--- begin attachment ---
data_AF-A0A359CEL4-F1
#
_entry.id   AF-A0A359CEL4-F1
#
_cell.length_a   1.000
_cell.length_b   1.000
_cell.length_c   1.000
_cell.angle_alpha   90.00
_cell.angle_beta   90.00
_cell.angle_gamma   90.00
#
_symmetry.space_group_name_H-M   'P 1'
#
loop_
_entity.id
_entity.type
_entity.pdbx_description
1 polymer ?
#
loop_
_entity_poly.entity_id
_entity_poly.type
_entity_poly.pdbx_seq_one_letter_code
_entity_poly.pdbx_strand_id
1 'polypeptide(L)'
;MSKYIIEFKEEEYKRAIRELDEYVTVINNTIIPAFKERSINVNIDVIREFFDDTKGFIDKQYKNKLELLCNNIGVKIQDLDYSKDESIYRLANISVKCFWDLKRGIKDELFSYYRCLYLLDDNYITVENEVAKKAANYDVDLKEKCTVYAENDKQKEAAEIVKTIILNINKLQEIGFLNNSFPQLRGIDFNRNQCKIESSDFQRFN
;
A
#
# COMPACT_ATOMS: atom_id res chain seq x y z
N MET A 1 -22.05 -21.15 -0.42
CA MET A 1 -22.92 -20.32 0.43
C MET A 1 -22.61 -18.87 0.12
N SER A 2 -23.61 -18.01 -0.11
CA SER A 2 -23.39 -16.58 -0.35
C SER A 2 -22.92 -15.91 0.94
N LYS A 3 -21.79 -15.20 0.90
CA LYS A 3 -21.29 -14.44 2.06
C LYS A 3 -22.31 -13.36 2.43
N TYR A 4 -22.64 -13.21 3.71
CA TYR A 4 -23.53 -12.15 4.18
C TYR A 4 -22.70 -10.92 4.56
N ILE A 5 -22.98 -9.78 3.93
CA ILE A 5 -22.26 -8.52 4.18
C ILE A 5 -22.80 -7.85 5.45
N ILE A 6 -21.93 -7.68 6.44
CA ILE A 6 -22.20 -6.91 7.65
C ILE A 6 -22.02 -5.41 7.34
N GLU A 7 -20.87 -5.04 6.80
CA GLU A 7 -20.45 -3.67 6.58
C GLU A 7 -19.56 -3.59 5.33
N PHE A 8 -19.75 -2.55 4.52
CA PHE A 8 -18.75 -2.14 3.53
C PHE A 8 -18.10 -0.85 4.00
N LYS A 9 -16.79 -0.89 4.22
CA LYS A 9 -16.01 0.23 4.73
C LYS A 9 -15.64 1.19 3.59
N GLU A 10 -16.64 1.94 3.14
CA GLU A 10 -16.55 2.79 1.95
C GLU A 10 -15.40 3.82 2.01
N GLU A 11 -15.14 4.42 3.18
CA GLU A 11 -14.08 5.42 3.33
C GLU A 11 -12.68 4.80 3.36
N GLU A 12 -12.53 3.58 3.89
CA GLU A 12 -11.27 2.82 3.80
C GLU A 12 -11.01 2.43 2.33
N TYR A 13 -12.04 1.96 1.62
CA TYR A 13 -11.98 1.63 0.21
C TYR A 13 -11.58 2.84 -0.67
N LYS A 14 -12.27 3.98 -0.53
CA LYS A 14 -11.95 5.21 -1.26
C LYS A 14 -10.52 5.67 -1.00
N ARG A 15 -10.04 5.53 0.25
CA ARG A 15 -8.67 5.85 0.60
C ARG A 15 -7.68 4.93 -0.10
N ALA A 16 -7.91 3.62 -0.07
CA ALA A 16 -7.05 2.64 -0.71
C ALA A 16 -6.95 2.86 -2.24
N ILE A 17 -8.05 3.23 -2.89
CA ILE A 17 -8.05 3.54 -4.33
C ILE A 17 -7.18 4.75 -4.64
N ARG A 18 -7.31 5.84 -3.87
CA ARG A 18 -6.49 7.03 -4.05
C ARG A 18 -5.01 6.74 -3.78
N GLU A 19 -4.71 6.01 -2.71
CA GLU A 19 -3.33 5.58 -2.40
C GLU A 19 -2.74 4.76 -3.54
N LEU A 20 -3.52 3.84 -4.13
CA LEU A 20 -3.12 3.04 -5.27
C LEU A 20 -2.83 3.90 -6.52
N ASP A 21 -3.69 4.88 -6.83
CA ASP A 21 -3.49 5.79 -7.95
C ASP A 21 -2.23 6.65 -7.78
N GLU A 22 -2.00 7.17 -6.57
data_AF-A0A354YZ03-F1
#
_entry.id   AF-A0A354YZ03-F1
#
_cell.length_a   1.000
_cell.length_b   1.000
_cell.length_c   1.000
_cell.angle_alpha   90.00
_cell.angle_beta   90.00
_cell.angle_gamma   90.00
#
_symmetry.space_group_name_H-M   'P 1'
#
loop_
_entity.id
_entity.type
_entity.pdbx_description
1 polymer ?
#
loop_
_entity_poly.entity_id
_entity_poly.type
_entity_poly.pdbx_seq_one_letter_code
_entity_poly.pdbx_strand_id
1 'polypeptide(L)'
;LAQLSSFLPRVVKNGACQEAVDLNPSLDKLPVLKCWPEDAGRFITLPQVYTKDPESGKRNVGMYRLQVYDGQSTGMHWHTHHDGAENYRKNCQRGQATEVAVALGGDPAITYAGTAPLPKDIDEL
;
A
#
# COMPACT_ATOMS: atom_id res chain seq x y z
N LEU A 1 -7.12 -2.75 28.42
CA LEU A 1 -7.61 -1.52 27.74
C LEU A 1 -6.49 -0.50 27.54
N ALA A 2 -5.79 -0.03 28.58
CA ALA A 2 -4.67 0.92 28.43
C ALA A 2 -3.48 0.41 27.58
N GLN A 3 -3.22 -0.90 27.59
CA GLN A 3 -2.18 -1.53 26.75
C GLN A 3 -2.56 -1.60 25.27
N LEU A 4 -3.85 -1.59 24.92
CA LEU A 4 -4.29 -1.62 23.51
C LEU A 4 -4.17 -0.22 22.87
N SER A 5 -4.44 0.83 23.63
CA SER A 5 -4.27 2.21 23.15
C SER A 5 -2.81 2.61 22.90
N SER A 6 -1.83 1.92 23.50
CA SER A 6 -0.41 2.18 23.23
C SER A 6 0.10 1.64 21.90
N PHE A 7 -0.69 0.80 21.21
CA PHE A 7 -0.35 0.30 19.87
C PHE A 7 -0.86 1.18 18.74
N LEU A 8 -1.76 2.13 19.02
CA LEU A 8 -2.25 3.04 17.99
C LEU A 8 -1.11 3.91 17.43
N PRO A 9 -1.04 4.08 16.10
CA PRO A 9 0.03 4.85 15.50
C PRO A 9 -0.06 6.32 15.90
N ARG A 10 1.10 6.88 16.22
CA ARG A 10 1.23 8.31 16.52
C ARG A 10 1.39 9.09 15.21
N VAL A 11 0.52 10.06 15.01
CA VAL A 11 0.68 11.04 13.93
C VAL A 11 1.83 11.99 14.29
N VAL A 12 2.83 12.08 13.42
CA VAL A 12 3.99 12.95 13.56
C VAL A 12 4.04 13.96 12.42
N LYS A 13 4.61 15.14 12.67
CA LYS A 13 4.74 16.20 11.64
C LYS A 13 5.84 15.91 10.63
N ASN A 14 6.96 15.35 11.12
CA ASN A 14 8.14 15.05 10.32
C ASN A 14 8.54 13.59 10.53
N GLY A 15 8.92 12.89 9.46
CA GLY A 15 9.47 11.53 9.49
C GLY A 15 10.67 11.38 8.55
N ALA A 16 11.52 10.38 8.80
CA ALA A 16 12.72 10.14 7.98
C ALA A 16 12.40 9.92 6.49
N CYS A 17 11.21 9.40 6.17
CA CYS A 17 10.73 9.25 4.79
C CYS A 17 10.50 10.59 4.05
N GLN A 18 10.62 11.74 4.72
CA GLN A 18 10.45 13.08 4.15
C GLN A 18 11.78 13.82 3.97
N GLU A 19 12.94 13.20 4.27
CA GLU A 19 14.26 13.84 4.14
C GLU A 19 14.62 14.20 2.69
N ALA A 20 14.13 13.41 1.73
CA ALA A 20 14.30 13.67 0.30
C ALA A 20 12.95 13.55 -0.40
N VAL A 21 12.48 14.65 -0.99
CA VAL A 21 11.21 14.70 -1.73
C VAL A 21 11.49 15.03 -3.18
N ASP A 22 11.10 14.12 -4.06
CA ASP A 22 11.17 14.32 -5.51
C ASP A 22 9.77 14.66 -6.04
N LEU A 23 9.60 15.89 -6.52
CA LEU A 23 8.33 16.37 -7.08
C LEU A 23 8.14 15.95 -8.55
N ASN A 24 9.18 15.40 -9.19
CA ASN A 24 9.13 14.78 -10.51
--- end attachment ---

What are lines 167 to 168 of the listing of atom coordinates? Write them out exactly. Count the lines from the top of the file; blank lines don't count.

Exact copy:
N GLY A 15 8.92 12.89 9.46
CA GLY A 15 9.47 11.53 9.49